http://www.raredr.com/casestudies/diagnosing-gaucher-disease-in-adults/genetic-vs-enzymatic-tests
Zachary Spigelman, MD: Genetic Tests vs Enzymatic Tests for Gaucher Disease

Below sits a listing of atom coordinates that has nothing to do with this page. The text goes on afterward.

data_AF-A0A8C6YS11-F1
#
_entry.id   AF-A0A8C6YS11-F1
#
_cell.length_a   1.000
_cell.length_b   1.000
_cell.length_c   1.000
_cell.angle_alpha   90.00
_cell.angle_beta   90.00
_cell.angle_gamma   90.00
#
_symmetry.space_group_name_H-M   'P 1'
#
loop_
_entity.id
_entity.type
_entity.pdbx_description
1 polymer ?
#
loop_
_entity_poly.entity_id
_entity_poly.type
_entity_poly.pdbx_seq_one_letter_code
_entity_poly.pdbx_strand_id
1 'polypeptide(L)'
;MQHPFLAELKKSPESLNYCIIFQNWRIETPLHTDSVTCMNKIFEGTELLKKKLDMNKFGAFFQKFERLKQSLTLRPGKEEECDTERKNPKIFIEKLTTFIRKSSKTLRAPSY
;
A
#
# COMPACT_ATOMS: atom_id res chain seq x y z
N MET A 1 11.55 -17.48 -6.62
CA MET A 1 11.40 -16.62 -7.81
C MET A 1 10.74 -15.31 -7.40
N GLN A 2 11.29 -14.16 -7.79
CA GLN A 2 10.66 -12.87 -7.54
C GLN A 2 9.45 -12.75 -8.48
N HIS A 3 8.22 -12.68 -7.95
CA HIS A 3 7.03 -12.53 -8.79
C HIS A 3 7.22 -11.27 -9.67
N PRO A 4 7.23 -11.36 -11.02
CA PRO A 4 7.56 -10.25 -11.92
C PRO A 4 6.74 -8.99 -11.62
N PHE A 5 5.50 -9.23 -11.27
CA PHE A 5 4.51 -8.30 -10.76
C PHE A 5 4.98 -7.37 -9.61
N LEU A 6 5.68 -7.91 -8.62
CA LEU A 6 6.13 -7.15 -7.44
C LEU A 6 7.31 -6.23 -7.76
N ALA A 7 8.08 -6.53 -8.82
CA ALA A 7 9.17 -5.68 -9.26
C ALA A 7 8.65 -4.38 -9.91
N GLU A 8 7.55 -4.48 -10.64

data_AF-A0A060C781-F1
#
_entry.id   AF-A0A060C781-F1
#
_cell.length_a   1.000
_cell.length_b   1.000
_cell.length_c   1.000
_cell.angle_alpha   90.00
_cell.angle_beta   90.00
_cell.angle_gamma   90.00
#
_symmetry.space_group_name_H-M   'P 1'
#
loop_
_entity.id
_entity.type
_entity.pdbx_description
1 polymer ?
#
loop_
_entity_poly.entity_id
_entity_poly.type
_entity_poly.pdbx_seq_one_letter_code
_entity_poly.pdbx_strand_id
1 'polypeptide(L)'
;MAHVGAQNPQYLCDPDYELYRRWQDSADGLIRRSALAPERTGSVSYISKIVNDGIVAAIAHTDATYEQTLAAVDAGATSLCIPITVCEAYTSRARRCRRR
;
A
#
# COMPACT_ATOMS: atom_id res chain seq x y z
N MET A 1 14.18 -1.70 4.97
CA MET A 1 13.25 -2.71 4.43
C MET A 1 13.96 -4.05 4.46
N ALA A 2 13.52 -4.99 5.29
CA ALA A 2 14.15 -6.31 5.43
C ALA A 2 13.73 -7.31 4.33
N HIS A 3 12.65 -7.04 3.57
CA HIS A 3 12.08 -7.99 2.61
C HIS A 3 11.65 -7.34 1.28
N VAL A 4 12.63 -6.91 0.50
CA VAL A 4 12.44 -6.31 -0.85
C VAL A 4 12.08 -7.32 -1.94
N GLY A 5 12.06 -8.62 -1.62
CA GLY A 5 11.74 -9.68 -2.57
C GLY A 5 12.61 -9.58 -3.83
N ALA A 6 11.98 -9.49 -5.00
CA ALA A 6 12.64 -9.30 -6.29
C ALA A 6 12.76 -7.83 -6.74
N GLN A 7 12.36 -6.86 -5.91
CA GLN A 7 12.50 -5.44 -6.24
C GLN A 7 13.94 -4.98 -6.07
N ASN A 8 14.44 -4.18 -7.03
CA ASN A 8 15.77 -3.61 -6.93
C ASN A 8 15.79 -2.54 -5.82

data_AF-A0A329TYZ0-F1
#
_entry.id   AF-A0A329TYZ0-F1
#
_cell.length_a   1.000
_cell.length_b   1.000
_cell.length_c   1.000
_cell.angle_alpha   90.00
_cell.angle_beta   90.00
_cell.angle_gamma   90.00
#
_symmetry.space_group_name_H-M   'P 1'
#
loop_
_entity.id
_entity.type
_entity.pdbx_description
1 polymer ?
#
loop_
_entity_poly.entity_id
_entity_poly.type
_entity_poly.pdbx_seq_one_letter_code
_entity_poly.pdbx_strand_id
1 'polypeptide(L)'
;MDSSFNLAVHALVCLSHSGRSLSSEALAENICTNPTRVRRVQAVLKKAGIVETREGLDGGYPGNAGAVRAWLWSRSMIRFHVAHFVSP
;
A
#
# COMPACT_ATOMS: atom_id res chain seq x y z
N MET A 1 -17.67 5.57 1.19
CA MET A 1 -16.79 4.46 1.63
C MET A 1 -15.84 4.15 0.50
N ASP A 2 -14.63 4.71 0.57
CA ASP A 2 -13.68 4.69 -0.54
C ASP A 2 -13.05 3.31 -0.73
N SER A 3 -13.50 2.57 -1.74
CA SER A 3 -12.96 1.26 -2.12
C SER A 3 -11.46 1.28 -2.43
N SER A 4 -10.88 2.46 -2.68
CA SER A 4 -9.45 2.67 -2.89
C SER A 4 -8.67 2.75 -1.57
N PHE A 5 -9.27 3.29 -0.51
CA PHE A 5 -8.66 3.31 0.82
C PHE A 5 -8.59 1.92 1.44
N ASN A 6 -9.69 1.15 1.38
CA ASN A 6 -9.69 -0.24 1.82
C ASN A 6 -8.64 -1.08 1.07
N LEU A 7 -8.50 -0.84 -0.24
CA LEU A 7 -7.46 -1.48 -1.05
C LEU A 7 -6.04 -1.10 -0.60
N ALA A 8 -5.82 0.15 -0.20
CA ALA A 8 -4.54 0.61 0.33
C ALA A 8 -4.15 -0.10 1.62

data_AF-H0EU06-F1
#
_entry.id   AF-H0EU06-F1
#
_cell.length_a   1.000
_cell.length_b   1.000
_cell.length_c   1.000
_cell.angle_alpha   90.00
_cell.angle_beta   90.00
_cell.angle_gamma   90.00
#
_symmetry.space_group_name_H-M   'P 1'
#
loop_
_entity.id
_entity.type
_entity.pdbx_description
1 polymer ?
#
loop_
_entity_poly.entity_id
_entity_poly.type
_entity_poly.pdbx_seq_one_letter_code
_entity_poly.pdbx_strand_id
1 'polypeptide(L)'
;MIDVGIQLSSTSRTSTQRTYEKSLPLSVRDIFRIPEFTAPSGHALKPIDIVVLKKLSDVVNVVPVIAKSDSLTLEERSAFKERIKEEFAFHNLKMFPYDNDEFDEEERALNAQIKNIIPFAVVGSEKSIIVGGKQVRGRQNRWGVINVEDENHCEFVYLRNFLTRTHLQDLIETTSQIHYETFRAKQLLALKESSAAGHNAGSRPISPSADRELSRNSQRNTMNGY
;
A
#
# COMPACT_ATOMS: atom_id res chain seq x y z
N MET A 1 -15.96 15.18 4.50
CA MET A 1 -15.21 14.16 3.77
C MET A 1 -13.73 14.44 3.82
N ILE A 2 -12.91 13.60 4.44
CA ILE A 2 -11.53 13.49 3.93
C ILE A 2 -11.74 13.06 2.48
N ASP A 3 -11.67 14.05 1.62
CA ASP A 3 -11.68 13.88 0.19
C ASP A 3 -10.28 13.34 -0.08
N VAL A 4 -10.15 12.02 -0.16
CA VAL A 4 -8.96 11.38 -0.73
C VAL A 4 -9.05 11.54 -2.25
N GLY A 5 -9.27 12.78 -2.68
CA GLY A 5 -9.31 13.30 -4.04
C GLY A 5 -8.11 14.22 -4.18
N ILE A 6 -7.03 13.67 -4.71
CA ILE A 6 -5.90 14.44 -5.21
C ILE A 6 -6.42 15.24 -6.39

The genetic tests looking for the mutations can define who the carrier state is. It’s yet to be determined whether the enzymatic state will mimic the genetic state, but once the diagnosis is made within the family, then the genetics can be assessed subsequently. Will the genetics supersede the enzymatic which will supersede the phenotypic? In other words, will the genetics be the gold standard of screening? The answer is no, and I can give many reasons, but the effectiveness of the expression of the enzyme can actually dramatically change, depending on the genetics, no matter what they are. So my guess is, yet to be diagnosed and assessed, would be patients with normal genetics yet epigenetic effects on this enzyme in other words, diminished production of the enzyme with a normal gene. And those populations I think will be found with these screenings that we have for spleen enlargement or something of that nature. So genetics, I think, will define carrier state but will not define disease state.
 
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